Fifteen years ago, "Whose Line is it Anyway?" began airing in the United States, bringing improv comedy to the masses. (It proved so popular that it’s back on TV once again
.) Now, comedians who got their starts in improv, such Tina Fey and Stephen Colbert, are household names, recognized for their incredible wit and timing. As Fey’s "30 Rock" character Liz Lemon once said
, “I want to go to there.”
So I did. I walked into the comedy club, ready to make the hundreds five other people in attendance laugh with my comedic prowess. Fast forward to five minutes later, I was silenced from fear of not being funny. The ten-minute warm-up was the longest ten minutes of that week.
Then, the instructor told me, “Just relax. Don’t try to be funny, it will just happen.” What a relief. I had permission to not be funny! That’s all I needed. I felt free.
It’s time to break down some lessons from the comedy classroom, and apply them to the everyday public relations lifestyle. Prepare to be freed:
“Yes, and…” is the first rule of improv. The idea is to agree with your scene partner and add something, not to challenge. If we are in a scene and I say, “Watch out! There’s a group of wee, angry leprechauns behind you!” and you reply, “No, there’s not,” the scene has ended. What fun did that interaction bring? But, if you were to reply with “Damn, I left the lucky charms box open again!” you have agreed, and we have begun a scene.
In public relations, we gather into groups to brainstorm strategies. So, a “yes” environment that encourages all ideas is beneficial. A great idea has to start somewhere, even if it starts from what may initially seems like a bad one.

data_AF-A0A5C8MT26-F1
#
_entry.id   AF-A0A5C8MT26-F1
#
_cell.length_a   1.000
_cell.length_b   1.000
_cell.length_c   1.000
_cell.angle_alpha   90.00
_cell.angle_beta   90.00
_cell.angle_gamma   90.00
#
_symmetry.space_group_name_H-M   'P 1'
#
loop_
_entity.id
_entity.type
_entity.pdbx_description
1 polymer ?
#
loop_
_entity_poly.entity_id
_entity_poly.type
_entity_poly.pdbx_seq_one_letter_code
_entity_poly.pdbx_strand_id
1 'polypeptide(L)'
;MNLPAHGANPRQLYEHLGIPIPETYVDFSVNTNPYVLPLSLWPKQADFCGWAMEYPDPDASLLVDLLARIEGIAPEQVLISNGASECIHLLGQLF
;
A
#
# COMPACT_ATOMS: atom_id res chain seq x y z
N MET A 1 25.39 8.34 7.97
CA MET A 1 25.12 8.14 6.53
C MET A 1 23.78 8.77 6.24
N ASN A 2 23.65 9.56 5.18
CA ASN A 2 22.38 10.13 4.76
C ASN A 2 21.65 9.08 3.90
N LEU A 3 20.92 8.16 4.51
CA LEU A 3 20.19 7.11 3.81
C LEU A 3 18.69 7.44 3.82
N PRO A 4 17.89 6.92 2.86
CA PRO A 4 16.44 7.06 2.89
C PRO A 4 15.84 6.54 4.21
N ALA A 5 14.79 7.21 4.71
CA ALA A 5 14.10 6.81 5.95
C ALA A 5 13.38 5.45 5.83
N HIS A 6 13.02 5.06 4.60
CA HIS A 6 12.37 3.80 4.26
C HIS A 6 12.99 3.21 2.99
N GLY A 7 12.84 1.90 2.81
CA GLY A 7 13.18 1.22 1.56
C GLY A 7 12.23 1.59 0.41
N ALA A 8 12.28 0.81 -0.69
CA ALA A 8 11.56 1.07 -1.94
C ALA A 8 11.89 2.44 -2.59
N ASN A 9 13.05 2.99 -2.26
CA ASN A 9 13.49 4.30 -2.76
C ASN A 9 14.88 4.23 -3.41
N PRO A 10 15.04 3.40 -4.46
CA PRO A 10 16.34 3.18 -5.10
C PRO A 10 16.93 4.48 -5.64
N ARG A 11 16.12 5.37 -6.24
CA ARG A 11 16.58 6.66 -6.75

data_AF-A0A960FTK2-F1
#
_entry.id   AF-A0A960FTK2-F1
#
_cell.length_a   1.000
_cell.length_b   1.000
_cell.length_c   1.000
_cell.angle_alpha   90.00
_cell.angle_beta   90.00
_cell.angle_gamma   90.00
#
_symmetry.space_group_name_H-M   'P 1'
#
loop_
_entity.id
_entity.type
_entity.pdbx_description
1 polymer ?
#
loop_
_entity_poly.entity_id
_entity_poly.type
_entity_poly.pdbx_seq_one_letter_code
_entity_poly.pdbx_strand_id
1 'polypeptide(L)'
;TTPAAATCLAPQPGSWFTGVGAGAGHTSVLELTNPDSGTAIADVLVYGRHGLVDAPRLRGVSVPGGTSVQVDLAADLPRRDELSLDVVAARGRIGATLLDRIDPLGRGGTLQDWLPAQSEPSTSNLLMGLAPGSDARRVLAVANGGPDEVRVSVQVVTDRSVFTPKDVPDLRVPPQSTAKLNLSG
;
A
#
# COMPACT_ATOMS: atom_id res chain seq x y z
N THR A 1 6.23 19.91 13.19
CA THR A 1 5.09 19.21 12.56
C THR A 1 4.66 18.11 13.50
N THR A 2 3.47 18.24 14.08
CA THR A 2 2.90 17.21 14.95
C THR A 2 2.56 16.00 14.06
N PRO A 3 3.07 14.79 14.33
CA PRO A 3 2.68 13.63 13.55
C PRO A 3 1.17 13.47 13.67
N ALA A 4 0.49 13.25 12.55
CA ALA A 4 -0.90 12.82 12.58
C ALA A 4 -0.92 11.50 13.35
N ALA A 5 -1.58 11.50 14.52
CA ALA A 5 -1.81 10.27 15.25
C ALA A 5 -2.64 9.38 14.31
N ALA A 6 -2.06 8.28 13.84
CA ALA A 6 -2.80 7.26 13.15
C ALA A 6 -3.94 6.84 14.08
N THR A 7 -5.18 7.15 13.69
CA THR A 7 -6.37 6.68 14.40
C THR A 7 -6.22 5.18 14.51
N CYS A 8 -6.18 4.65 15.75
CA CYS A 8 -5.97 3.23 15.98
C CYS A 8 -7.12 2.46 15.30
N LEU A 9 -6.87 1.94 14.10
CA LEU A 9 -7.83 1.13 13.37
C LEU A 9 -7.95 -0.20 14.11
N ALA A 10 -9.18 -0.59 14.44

Don’t take yourself so seriously
instructor told me the worst scene you ever do will be over in 5 minutes. Don’t dwell on a bad scene, or a bad phone call. While Stephen Colbert may not be able to relate, everyone else can. Shake it off and move on.
Throw out the script
Working without a set plan is freedom in a theater for an actor and an adventure for the audience. No forgetting lines or structured play; just freedom.
In public relations, an unscripted phone call has potential to cause anxiety, but magic can happen when you forgo the premeditated conversation and just have an authentic talk from the hip.
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There is so much to be learned and enjoyed from improv. I highly recommend finding a local class and jumping in. At the very least, you might learn some things to use at work.
Leah Scherschel is a senior account executive at The Abbi Agency, a PR and digital communications firm in Reno and Las Vegas, Nevada. Follow her on Twitter @theschersch, as well as the agency @theabbiagency. A version of this story originally appeared on the agency's blog.